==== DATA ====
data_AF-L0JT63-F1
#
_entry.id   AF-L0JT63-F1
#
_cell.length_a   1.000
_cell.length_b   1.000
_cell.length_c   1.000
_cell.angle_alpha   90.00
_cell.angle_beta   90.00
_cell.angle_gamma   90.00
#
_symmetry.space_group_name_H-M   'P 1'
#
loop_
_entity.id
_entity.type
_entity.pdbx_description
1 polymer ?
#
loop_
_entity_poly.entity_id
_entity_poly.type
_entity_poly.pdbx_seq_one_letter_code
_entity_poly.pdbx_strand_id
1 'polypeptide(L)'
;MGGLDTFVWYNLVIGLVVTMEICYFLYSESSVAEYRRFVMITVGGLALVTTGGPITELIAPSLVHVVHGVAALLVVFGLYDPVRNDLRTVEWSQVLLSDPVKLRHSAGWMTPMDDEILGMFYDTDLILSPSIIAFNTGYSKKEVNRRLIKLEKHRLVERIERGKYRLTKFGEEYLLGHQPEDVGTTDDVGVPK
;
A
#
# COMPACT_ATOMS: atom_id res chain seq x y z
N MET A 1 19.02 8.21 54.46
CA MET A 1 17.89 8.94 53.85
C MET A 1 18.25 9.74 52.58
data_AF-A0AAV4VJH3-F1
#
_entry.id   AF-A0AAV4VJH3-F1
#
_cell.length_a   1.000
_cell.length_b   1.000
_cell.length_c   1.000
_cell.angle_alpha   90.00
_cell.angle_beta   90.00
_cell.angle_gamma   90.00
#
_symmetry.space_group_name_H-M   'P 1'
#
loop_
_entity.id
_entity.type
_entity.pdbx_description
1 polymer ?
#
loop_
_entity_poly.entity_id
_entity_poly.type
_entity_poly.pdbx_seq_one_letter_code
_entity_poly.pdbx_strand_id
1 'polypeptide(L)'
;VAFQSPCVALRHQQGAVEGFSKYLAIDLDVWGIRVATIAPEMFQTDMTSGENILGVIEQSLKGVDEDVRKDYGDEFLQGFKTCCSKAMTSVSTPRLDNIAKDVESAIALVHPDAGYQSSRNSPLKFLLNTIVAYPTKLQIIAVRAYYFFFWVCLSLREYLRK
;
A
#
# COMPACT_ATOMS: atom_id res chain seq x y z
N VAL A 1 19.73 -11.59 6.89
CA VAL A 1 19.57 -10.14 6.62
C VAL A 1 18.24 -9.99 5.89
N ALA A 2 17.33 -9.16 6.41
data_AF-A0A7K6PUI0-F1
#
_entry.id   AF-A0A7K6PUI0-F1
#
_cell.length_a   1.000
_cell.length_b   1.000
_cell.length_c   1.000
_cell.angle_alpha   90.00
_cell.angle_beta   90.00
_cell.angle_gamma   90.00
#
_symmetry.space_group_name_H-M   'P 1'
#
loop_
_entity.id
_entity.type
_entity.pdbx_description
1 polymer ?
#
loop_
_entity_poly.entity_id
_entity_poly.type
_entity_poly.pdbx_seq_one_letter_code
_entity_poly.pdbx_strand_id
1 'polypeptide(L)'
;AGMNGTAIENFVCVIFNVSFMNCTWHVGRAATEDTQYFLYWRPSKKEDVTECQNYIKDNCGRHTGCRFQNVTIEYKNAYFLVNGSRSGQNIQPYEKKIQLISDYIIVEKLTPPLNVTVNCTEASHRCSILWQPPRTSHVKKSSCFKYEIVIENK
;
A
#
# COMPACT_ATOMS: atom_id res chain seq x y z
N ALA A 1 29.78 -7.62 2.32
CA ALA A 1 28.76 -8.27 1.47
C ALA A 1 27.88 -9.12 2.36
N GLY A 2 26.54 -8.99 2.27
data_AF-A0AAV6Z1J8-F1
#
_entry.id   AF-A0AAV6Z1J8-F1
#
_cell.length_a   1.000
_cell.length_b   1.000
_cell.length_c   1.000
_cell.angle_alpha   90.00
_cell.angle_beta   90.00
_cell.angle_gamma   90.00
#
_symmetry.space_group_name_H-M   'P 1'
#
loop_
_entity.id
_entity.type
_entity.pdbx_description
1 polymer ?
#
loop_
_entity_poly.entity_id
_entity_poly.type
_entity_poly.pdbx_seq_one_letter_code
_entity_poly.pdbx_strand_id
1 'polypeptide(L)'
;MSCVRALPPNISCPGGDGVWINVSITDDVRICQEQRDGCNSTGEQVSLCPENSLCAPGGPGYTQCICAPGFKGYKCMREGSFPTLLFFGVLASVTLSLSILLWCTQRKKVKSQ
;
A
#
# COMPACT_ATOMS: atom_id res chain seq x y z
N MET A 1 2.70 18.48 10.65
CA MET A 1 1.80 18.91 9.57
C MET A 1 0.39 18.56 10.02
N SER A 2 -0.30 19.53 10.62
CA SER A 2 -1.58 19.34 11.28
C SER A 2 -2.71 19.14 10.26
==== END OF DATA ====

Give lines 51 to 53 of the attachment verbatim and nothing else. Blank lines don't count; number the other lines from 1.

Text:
1 polymer ?
#
loop_